“With regards our lymphoedema research at St George’s, the overall goal of our research is two-fold: to better understand the mechanisms underlying the lymphoedema (i.e. what is happening to lead to the fluid accumulation and swelling), and secondly to improve our ability to do something called ‘phenotyping’, which essentially means characterising the features of the lymphoedema. We want to do the latter so we can group people with similar lymphoedema features in the hope of targeting further research into the causes and mechanisms of that particular ‘phenotype’. We are especially interested in doing this to guide research investigating how an individual’s genetics may be linked to their lymphoedema. Once we have more of an understanding of the how’s and why’s we can use that information to really hone-in on potential treatment options down the line.

Our imaging research, which involves the ICG lymphography and MRI which you underwent, are one arm of our research and tell us about what is happing on the scale of the whole limb or individual vessels, while additional studies are also investigating lymphoedema at the levels of the cells and genes.”

I like to know more about what I’m getting myself into, so I emailed Mike who explained “Each imaging session will take a couple of hours. For the ICG imaging we inject a fluorescent dye which allows us to see your lymphatics and then use a handheld camera to create the images so will be with you during the hour or so of imaging. For the MRI you’ll be in the MRI room alone for the first 20mins of imaging before we come in to inject a different agent which shows up your lymphatics in the MRI. Following those injections, we carry on imaging for another ~45 minutes or so.” Well that all sounded completely acceptable and it’s rare nowadays to spend some quality time with Prof Mortimer, so what wasn’t to like!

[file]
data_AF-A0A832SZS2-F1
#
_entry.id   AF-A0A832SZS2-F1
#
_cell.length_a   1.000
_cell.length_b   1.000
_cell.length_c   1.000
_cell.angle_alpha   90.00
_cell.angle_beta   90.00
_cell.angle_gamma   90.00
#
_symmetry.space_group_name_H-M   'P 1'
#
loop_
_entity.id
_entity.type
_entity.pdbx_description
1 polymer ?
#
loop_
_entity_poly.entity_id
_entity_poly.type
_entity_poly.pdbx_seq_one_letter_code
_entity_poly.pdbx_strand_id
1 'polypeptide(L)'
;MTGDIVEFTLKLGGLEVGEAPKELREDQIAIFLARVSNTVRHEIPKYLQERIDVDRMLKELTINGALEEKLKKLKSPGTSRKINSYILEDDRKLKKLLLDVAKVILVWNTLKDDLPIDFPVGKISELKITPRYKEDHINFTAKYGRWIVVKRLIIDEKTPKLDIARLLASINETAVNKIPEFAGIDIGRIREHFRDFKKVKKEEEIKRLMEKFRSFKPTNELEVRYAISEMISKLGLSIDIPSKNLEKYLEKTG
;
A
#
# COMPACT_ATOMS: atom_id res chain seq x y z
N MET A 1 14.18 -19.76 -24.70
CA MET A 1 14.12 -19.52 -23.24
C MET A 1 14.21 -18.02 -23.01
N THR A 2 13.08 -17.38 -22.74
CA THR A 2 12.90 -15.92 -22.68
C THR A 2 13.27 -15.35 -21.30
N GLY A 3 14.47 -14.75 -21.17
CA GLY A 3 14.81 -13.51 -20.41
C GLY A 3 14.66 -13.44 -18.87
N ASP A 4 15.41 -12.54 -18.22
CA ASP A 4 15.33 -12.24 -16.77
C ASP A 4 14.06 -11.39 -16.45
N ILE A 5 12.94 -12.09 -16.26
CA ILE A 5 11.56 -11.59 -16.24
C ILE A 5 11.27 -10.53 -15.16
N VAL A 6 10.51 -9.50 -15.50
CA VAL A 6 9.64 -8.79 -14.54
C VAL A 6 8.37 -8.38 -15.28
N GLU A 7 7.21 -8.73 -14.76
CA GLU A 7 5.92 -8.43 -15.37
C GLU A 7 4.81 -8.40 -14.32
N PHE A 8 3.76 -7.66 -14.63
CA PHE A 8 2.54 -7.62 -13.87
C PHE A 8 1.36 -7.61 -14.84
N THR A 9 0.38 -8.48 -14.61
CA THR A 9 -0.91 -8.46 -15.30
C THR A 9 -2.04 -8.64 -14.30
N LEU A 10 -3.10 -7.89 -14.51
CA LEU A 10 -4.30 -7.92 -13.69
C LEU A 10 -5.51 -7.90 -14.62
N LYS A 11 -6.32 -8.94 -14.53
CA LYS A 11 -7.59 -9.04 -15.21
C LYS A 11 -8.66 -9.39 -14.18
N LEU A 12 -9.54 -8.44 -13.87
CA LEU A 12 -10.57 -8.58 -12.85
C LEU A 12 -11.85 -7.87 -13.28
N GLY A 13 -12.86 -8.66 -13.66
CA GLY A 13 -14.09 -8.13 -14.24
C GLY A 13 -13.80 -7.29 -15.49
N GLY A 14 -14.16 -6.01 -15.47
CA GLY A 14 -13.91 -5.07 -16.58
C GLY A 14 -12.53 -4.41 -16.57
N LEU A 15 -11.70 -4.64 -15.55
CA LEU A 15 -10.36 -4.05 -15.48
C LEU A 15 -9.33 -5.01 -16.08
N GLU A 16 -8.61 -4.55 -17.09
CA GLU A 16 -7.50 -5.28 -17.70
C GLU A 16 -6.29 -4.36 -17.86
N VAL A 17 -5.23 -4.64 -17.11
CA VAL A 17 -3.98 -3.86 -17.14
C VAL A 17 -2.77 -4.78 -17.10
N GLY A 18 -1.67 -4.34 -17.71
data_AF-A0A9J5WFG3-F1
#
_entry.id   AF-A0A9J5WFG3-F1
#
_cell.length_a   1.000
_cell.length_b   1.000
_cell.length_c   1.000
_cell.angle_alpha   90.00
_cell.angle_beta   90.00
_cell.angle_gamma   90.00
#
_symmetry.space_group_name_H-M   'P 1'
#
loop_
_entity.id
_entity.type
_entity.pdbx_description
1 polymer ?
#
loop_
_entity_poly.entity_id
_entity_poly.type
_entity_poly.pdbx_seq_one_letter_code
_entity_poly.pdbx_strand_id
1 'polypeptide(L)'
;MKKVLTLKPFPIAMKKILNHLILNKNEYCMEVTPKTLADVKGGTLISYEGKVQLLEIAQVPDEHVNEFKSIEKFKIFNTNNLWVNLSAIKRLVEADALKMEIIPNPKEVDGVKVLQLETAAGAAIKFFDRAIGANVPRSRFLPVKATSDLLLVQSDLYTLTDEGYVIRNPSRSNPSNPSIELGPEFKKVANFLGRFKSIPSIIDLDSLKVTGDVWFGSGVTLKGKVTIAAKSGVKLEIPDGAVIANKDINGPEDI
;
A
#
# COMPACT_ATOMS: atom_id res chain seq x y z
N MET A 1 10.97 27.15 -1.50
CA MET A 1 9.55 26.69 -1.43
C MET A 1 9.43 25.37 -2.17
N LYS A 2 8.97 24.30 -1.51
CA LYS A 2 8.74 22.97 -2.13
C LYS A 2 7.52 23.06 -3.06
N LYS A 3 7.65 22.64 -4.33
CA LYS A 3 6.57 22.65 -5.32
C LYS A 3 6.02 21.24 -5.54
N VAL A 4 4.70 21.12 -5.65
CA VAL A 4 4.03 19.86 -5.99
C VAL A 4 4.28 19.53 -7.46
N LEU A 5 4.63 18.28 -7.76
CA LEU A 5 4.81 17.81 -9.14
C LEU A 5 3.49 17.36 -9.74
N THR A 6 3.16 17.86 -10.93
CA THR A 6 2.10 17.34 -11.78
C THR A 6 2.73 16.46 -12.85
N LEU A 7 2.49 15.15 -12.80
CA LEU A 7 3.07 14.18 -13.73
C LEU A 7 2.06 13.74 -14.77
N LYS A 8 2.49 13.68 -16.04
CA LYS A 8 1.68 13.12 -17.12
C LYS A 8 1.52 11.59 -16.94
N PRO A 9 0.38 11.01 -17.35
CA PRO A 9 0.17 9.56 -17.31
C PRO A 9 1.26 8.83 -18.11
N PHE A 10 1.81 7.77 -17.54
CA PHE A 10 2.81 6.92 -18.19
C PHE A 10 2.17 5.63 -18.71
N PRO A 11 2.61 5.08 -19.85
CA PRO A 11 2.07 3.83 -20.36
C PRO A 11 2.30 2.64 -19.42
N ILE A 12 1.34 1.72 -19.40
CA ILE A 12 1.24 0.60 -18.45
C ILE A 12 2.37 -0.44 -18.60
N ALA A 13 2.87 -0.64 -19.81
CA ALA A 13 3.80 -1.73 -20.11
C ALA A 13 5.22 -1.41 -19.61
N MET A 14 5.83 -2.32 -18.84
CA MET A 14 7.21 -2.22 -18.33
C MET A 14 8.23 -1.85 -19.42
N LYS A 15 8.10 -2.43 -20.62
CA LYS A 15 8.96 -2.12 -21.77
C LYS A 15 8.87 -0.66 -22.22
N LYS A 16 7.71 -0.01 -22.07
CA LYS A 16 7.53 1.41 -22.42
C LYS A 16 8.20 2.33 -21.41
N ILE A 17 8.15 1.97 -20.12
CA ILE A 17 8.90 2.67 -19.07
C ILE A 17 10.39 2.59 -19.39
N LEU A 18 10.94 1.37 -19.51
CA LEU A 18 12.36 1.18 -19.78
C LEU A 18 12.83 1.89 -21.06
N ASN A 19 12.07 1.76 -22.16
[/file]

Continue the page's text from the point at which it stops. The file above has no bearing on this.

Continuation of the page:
The day came and I arrived full of enthusiasm to do my bit for lymphoedema research. Mike was there to greet me and completed the appropriate paperwork before I took off my trousers and waited on the couch for Prof Mortimer to arrive (that sounds like a scene from Carry On Doctor doesn’t it?!).  After a quick catch-up, Prof administered the injections in my good right leg first, so they had something to compare my impaired left leg to shortly. The injections were between the toes and also at selected points on the top of the foot, which stung for a bit, but not for long. We then waited in the dark for a couple of minutes until Mike lowered a camera on a large overhanging frame millimetres from the surface of my ankle. On the monitor for all of us to see was the illuminous trace of the dye working its way up my healthy lymphatic system, which was fascinating to watch. Mike then traced the journey of the dye all up my leg to my thigh. All looked good and it set the benchmark for the left leg to aspire to. Prof repeated the same injections in my left foot and we waited for the dye to begin its route. It wasn’t too long before Prof and Mike were making comments like “mmmm, that’s interesting, go back a bit, left a bit, stop there, take a photo of that bit” you get the picture, I’m sure.